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Buying Dog Food In Bulk: Benefits and Risks
According to statistics, the typical American dog owner spends an average of $1,380 annually on their dog’s basic expenses. While our pooches deserve the world, $1,380 is a lot.
As such, any avenue that allows us to save on pet care costs without compromising the quality of care is worth considering.
One of the best ways of saving on dog care costs is by buying dog food in bulk. However, many pet owners shy away from purchasing dog food en masse because of the fear that it will go bad.
How Long Does Dry Dog Food Last?
Like with human food, both wet and dry dog food can expire. Unfortunately, if your animal eats expired food, it might get ill, and in some cases, death may occur. Food can also go bad if it is not packaged properly or not stored in the right conditions.
When stored right, dry dog food should last between 12 and 18 months. Wet dry food has a longer lifespan that extends up to 2 years (before it is opened).
In this article, we’ll discuss the benefits and risks of buying dog food in bulk, helping you determine whether it is an option worth pursuing.
What Are the Benefits of Buying Dog Food in Bulk?
From cost savings to better food quality, many benefits come with purchasing in bulk. Here is a breakdown of all the advantages you can enjoy by going down this road.
It should not come as a surprise that pet food vendors reward customers who purchase in bulk. It is worth noting that wholesalers do pass this discount on to you out of the kindness of their hearts; rather, it is due to you eliminating the middleman.
Typically, you buy dog food from a retailer. However, when purchasing in bulk, you will likely be buying from a wholesaler. As a result, you will get the same benefits a retailer receives. Remember, the price you pay at a retailer is higher than that of a wholesaler since the retailer has to cover business overheads such as transportation costs, rent, electricity, employees’ salaries, etc.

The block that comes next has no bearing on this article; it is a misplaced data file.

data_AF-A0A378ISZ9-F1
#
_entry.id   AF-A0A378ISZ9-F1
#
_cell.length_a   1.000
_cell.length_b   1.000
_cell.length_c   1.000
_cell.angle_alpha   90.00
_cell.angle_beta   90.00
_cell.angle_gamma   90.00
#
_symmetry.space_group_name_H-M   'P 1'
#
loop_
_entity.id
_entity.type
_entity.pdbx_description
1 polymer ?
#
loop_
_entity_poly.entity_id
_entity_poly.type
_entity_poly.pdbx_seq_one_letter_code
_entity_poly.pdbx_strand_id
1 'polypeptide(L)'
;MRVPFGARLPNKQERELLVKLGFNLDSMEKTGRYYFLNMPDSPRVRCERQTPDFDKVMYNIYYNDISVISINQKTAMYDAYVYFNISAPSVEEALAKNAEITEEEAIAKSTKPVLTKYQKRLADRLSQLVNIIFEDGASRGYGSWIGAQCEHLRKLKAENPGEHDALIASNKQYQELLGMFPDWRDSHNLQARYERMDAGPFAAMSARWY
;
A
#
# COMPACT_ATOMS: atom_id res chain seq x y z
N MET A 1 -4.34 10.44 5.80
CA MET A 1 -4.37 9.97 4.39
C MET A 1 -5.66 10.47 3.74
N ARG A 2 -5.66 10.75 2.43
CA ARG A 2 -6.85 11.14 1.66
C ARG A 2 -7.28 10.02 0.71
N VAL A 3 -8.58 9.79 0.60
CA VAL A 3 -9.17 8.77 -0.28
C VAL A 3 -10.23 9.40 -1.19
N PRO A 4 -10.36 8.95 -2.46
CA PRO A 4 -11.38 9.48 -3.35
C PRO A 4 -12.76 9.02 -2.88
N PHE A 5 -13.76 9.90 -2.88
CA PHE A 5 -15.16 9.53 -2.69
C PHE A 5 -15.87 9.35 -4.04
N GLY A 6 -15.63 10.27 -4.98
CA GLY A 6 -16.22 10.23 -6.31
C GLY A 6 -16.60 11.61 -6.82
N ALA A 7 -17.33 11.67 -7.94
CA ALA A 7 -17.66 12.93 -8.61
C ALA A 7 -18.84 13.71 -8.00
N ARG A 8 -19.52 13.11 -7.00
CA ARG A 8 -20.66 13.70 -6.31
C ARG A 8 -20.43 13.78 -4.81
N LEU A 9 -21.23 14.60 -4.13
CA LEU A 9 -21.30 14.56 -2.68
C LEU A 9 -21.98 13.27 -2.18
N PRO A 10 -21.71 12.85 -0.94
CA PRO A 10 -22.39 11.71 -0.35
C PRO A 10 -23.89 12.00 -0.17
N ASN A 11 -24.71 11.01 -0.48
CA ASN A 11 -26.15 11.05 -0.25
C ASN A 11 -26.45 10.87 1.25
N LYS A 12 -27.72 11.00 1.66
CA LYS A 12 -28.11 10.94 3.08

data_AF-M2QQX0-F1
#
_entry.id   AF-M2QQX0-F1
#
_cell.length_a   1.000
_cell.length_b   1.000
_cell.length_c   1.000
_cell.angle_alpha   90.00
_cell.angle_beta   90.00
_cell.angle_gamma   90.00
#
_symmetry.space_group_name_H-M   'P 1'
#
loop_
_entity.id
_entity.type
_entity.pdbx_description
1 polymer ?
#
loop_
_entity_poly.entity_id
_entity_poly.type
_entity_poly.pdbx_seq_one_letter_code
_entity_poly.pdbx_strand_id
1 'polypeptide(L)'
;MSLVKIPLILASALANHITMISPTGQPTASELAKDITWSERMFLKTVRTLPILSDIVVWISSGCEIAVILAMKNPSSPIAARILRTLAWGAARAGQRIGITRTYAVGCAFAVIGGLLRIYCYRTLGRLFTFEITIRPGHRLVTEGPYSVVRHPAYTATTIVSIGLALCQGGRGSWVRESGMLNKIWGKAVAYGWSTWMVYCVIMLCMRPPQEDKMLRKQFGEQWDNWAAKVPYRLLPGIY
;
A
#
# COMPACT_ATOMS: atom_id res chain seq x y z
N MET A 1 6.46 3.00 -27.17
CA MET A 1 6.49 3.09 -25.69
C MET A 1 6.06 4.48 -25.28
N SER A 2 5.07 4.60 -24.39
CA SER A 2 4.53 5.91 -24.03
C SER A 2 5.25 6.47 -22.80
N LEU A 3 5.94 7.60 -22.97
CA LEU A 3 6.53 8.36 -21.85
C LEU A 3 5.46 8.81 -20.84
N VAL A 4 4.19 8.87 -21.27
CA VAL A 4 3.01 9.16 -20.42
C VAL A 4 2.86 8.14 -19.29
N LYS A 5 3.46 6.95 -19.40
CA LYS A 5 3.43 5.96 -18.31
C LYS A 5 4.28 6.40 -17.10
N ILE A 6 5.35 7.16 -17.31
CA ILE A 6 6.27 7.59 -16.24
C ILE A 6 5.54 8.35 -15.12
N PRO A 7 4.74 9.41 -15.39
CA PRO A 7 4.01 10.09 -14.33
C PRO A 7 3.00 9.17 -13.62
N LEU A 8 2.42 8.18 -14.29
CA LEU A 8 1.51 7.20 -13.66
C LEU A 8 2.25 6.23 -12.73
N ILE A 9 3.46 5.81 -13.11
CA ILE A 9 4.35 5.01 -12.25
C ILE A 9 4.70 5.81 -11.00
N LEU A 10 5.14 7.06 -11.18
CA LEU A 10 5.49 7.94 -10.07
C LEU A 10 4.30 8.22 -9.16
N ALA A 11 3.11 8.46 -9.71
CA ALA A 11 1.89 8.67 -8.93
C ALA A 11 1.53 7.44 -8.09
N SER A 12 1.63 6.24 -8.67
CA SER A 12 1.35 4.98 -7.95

2. Quality Assurance
Buying your pup’s food directly from the source allows you to talk to people who are knowledgeable about the product. That is because wholesalers, unlike retailers, deal with the manufacturer directly. As a result, they are better positioned to answer all the questions you might have about the product.
3. Feeding Multiple Pets
As mentioned, taking care of one dog costs an average of $1,380 per year. However, since dogs are pack animals, they do not do well alone. Consequently, you might have more than one. The costs of caring for multiple pets can leave a huge dent in your pocket.
Fortunately, by buying by the ton, the resulting cost savings can allow you to keep several dogs without feeling the pinch.
4. No More “Out of Stock”
How many times have you gone to buy your pup’s favorite food at the retailer, only to find it is out of stock? That can be frustrating, especially when it comes to senior dogs that tend to be finicky eaters.
When you purchase in bulk, the food lasts much longer. That means it might go out of stock and return to the shelves without you knowing. Moreover, most suppliers will be courteous enough to inform you in advance if they decide to stop stocking a particular food. That allows you plenty of time to introduce another recipe to your pup gradually.
- Note: vets advise against switching dog food types abruptly, as doing that can cause your doggo an upset tummy. Ensure you make any food change a gradual one.
What Are the Risks of Buying Dog Food in Bulk?
There is only one disadvantage to purchasing dog food en masse—it might go rancid before your pooch finishes eating it. How long does dry dog food last? It depends on several factors, including how you store it. However, give or take, it should last you up to 18 months.
Therefore, be reasonable about the amount of food you buy at once.
Is it advisable to buy pet food in bulk? Absolutely. Doing so not only allows you to save a lot of money but also ensures your pup is getting high-quality food—as long as you’ve purchased a quality product. Nonetheless, avoid going overboard with this strategy, lest the food goes bad before your dog can eat it.
Featured image credit: Ekaterina Markelova, Shutterstock
Nicole is the proud mom of Baby, a Burmese cat and Rosa, a New Zealand Huntaway. A Canadian expat, Nicole now lives on a lush forest property with her Kiwi husband in New Zealand. She has a strong love for all animals of all shapes and sizes (and particularly loves a good interspecies friendship) and wants to share her animal knowledge and other experts’ knowledge with pet lovers across the globe.